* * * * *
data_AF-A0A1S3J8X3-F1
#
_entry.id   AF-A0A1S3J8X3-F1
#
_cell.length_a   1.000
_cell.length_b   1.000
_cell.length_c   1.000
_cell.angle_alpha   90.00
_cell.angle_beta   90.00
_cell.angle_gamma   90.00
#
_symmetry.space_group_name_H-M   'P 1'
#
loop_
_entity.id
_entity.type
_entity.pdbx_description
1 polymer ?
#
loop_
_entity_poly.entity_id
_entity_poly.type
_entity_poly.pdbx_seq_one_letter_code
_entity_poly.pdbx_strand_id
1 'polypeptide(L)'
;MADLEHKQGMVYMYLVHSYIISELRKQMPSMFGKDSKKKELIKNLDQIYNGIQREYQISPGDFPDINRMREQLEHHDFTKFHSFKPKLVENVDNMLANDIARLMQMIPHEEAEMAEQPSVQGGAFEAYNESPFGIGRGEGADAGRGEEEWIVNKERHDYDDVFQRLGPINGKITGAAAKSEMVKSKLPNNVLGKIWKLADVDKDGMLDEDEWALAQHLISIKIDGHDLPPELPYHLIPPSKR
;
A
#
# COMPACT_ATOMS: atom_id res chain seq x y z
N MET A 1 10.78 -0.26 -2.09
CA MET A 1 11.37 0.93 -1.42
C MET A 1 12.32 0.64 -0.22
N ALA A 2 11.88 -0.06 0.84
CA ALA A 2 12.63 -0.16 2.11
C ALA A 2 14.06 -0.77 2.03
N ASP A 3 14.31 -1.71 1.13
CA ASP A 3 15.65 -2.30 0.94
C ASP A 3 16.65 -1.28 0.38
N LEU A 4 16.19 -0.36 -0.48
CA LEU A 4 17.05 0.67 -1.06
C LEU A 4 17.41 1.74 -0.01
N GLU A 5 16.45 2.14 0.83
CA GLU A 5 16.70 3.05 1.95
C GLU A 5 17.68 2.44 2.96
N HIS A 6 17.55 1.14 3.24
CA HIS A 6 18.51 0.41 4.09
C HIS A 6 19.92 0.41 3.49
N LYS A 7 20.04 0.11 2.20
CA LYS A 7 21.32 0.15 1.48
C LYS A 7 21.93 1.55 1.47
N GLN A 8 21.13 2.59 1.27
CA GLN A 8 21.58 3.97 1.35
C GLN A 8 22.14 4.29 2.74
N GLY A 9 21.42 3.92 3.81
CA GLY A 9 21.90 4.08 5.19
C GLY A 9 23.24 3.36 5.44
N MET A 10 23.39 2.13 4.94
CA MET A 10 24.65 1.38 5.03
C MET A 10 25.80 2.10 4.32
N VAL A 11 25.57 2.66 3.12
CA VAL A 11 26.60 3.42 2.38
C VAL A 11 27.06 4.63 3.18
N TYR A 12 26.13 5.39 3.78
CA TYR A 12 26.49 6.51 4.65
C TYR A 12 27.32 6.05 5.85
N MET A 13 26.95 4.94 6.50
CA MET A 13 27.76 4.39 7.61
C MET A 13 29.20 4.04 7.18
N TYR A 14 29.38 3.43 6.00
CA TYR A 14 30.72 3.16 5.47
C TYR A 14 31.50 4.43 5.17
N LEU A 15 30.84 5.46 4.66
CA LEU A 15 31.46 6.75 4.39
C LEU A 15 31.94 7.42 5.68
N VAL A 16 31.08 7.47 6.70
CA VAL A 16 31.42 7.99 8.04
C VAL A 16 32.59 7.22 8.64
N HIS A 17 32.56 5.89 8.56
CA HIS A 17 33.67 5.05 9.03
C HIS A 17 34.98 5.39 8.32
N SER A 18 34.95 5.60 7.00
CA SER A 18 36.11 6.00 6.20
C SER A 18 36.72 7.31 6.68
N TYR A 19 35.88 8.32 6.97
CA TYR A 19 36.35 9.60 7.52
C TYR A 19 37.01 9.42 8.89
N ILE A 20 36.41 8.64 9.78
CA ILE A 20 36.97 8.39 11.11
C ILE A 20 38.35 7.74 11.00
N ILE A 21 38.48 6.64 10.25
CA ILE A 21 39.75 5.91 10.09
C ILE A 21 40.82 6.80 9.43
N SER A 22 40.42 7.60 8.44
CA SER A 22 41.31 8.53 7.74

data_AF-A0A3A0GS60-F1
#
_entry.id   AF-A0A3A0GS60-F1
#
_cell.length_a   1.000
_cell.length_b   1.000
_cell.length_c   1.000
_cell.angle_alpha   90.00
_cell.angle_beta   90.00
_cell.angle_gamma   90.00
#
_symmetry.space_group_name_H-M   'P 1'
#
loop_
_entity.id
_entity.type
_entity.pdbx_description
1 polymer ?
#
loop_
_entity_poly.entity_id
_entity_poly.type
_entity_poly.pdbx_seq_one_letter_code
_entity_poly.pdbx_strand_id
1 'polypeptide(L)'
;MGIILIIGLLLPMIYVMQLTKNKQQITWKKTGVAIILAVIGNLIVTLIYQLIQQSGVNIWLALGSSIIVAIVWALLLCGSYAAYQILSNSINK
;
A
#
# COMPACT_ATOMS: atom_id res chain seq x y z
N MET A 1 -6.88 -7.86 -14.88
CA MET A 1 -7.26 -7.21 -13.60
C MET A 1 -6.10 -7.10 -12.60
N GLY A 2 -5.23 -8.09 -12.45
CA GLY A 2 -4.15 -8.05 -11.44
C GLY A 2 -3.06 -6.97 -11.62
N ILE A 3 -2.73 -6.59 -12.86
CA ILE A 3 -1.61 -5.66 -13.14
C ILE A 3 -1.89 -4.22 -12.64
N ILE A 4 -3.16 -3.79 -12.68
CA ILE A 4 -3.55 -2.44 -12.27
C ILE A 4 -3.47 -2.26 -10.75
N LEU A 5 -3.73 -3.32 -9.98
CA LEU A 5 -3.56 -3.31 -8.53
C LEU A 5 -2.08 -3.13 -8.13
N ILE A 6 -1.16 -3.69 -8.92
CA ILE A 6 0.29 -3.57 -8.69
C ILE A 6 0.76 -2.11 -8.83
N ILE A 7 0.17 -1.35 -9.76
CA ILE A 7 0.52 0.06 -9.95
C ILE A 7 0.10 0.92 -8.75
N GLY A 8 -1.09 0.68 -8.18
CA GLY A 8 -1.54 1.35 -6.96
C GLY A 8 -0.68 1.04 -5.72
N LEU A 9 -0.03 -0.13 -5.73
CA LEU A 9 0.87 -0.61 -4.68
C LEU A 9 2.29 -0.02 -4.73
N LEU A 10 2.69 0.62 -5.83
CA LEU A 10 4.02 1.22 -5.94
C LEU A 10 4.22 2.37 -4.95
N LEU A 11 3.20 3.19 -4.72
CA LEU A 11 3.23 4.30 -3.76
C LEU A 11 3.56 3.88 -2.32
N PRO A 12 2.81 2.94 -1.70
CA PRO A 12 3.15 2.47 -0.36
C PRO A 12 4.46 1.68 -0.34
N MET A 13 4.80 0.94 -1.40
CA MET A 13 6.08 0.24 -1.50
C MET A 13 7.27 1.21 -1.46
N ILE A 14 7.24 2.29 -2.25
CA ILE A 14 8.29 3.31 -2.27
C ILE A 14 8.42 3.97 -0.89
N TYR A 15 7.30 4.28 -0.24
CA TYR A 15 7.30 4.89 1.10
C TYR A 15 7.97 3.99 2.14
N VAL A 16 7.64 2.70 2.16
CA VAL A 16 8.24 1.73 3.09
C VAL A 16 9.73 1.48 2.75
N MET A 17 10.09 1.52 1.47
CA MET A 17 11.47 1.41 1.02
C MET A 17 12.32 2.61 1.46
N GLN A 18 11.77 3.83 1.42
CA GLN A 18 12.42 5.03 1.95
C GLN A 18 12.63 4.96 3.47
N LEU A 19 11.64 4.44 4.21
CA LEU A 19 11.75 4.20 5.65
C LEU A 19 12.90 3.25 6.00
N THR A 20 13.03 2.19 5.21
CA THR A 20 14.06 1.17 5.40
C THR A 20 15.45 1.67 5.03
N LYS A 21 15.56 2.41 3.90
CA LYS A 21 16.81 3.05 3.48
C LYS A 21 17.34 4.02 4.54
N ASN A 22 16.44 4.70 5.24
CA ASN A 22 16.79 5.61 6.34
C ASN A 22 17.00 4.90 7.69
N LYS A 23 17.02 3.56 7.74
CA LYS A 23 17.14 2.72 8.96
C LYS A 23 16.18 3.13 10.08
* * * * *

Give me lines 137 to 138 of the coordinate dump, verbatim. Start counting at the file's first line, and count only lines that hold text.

C ILE A 4 -3.47 -2.26 -10.75
N LEU A 5 -3.73 -3.32 -9.98